It’s the 3rd day of the Magic Mirrors blog tour and I’m excited to be reviewing twice, both today and tomorrow!
What are the Magic Mirrors, you ask?
The Magic Mirrors are seven retellings of Snow White and the Seven Dwarfs by six different authors, each unique in tone, setting, and moral. From the light hearted and twisted to dark reimagining to futuristic mashups to non-magical historical fiction, this collection has something in it for every reader.
And even better, there’s a giveaway for 5 paperbacks from the tour! To see the full tour schedule and enter the giveaway (US only), please visit the tour host, Kendra E. Ardnek or click on the graphic below!
And now for my review!
Blurb: Her destiny is decided — but betrayal breaks even the best-laid plans.
Baili, the princess of the Kingdom of Seven Rivers, has always known what her future holds. Declared the fairest of all by the fabled Dragonglass, she is destined to fulfill an ancient prophecy and unite her homeland with its long-time enemy, the Kingdom of Three Peaks. And in doing so, she may save her country from death and ruin.
In order to fulfill her destiny, Baili must travel to the Kingdom of Three Peaks and marry its prince, Liu Xiang. But all Baili’s plans and expectations are turned upside-down when her servants and soldiers, acting on her stepmother’s orders, turn against her on the road. Baili narrowly escapes with her life, but she’s left alone and adrift among strangers.
Fortunately, Baili finds refuge in the home of seven animal keepers: servants and slaves to the emperor of Three Peaks. Yet time is running out. Her servants’ rebellion was only a small part of a much larger plot. Within weeks, her stepmother plans to unite the two kingdoms, not by contract, but by conquest. Baili must reclaim her rightful place and unite not just two kingdoms but many peoples in order to stop the plan. And if she fails, two kingdoms will be plunged into ruin.
Sure to delight lovers of fantasy and fairy tales, this rich and magical Asian-inspired adventure combines Snow White and The Goose Girl in a way you’ve never seen before.
I never would have guessed that The Goose Girl and Snow White would lend themselves so well to blending but Blood in the Snow by Sarah Pennington did a fantastic job.
The way the magical fantasy aspects were woven to integrate the two original sources was clever. The magical blood gifts those of royal blood bear were fascinating and my favorite part of the story. And the cultures of the various countries represented were interesting and varied. If Pennington chooses to write more fairy-tale mashups set in this world, I’d read them in a heartbeat.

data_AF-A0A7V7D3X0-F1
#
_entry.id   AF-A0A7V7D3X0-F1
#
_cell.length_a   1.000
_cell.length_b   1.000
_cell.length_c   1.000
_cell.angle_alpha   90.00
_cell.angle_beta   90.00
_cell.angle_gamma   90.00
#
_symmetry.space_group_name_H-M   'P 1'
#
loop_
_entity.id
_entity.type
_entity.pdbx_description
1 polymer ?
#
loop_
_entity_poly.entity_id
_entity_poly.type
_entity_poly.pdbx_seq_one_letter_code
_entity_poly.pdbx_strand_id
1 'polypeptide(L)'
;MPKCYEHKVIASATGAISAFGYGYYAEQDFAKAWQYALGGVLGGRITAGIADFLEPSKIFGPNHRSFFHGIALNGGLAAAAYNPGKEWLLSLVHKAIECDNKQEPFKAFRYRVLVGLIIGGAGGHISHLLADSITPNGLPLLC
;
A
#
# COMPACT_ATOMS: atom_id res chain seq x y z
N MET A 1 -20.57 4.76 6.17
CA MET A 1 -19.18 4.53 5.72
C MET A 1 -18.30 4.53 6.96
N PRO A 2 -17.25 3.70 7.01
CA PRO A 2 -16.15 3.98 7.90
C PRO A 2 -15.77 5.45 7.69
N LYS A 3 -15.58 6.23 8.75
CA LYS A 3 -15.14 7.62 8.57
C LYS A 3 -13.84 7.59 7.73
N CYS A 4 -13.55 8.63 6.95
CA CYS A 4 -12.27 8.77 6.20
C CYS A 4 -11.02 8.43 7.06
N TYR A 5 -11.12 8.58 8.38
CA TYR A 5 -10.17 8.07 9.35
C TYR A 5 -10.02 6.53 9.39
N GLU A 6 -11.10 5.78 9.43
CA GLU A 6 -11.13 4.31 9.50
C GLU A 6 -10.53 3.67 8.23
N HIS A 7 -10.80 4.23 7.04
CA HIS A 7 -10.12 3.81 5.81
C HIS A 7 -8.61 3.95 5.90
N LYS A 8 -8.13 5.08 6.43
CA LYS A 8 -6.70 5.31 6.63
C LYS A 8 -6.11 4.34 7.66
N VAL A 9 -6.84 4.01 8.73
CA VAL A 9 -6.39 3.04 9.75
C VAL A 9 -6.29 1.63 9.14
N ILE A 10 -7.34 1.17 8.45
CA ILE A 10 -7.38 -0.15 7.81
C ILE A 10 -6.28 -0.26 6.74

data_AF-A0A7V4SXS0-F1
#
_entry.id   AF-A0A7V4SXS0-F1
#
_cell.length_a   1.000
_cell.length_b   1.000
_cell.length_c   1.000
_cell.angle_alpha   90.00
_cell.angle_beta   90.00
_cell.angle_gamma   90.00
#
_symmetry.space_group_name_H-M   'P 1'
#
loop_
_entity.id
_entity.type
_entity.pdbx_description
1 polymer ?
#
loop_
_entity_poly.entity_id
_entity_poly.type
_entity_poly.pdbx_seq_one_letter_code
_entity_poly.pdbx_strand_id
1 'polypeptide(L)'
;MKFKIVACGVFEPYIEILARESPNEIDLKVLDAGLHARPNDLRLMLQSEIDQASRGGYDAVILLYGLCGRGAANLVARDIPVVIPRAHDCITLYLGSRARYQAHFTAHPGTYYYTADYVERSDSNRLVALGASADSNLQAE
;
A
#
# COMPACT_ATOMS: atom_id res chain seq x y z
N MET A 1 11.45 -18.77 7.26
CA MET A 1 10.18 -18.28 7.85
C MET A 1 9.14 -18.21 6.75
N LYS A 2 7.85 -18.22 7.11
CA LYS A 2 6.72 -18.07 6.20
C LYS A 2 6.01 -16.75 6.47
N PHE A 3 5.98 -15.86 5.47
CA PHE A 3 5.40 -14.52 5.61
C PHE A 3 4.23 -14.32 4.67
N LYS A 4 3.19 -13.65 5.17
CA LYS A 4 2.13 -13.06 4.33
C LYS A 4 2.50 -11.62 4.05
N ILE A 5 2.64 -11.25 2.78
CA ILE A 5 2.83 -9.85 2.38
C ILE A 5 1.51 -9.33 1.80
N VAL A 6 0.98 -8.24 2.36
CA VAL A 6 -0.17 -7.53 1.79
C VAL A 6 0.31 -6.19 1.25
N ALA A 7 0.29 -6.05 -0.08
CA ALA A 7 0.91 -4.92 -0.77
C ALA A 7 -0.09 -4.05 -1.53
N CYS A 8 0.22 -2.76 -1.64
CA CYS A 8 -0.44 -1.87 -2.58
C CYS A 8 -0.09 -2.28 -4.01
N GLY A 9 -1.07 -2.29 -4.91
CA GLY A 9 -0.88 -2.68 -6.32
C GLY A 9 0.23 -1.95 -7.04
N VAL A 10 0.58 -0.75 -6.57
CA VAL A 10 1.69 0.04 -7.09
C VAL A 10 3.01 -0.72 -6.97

The story leaves you happy and satisfied but I would have wished for just a little bit more. More magic – the dragonglass was under utilized and while I loved the blood gifts, I would have liked to understand them better, especially as they applied to the villain of the story. More romance – it’s sweet but understated. (You can never have enough romance!) And a touch more editing – there were a couple spots that were slightly confusing and the Asian setting never felt permanent – chopsticks, robes, and such were mentioned but the majority of the time, it felt like a traditional fairy tale setting.
But overall this was a fun, unique, clean story recommended for anyone who enjoys fairy tales and mashups!
If you’d like to read the opening chapter, click here to read it at the author’s blog! Check back in tomorrow where I will be sharing about one of my favorite authors (and friends!) Heather LL Fitzgerald and her retelling titled, For Such a Time as This!
Tell me – what fairy tale mashup would you most like to read?
Sarah Pennington has been writing stories since before she actually knew how to write, and she has no intention of stopping anytime soon. She is perpetually in the middle of writing at least one or two novels, most of which are in the fantasy and fairy tale retelling genres. Sarah’s first published work, Blood in the Snow, received a perfect score and Special Unicorn status in Rooglewood Press’s Five Poisoned Apples contest. When she isn’t writing, she enjoys knitting, photography, and trying to conquer her massive to-be-read list.
Disclosure of Material Connection: I voluntarily read an advanced reader copy by the author. I was not required to write a positive review. The opinions I have expressed are my own. I am disclosing this in accordance with the Federal Trade Commission’s 16 CFR, Part 255: “Guides Concerning the Use of Endorsements and Testimonials in Advertising.